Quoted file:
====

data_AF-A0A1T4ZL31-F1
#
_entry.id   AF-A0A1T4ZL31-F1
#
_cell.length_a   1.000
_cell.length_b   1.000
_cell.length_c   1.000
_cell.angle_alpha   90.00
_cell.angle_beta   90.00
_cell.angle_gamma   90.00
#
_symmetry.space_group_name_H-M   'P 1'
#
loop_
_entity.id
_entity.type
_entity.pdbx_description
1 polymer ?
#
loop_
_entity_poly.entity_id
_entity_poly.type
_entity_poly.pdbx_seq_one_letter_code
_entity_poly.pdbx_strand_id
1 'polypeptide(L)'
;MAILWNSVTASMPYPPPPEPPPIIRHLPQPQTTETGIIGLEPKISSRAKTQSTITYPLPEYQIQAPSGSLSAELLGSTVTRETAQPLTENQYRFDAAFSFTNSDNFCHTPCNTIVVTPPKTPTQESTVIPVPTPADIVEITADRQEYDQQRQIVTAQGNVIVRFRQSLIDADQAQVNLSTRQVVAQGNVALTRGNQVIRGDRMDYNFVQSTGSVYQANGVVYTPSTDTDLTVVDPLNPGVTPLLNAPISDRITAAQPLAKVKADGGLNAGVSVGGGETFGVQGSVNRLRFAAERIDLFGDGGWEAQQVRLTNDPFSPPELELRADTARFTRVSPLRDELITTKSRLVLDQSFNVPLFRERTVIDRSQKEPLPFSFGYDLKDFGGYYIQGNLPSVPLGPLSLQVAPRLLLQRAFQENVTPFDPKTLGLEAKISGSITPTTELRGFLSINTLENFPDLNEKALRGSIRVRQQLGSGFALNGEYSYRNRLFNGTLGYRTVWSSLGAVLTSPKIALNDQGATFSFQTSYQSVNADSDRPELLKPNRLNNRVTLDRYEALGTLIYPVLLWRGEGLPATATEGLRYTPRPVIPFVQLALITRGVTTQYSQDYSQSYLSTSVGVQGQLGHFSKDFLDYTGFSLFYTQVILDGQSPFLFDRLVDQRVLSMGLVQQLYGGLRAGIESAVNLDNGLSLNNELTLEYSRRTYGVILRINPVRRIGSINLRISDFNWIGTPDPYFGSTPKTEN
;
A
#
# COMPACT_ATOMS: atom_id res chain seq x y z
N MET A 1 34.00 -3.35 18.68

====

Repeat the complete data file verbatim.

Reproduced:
data_AF-A0A1T4ZL31-F1
#
_entry.id   AF-A0A1T4ZL31-F1
#
_cell.length_a   1.000
_cell.length_b   1.000
_cell.length_c   1.000
_cell.angle_alpha   90.00
_cell.angle_beta   90.00
_cell.angle_gamma   90.00
#
_symmetry.space_group_name_H-M   'P 1'
#
loop_
_entity.id
_entity.type
_entity.pdbx_description
1 polymer ?
#
loop_
_entity_poly.entity_id
_entity_poly.type
_entity_poly.pdbx_seq_one_letter_code
_entity_poly.pdbx_strand_id
1 'polypeptide(L)'
;MAILWNSVTASMPYPPPPEPPPIIRHLPQPQTTETGIIGLEPKISSRAKTQSTITYPLPEYQIQAPSGSLSAELLGSTVTRETAQPLTENQYRFDAAFSFTNSDNFCHTPCNTIVVTPPKTPTQESTVIPVPTPADIVEITADRQEYDQQRQIVTAQGNVIVRFRQSLIDADQAQVNLSTRQVVAQGNVALTRGNQVIRGDRMDYNFVQSTGSVYQANGVVYTPSTDTDLTVVDPLNPGVTPLLNAPISDRITAAQPLAKVKADGGLNAGVSVGGGETFGVQGSVNRLRFAAERIDLFGDGGWEAQQVRLTNDPFSPPELELRADTARFTRVSPLRDELITTKSRLVLDQSFNVPLFRERTVIDRSQKEPLPFSFGYDLKDFGGYYIQGNLPSVPLGPLSLQVAPRLLLQRAFQENVTPFDPKTLGLEAKISGSITPTTELRGFLSINTLENFPDLNEKALRGSIRVRQQLGSGFALNGEYSYRNRLFNGTLGYRTVWSSLGAVLTSPKIALNDQGATFSFQTSYQSVNADSDRPELLKPNRLNNRVTLDRYEALGTLIYPVLLWRGEGLPATATEGLRYTPRPVIPFVQLALITRGVTTQYSQDYSQSYLSTSVGVQGQLGHFSKDFLDYTGFSLFYTQVILDGQSPFLFDRLVDQRVLSMGLVQQLYGGLRAGIESAVNLDNGLSLNNELTLEYSRRTYGVILRINPVRRIGSINLRISDFNWIGTPDPYFGSTPKTEN
;
A
#
# COMPACT_ATOMS: atom_id res chain seq x y z
N MET A 1 34.00 -3.35 18.68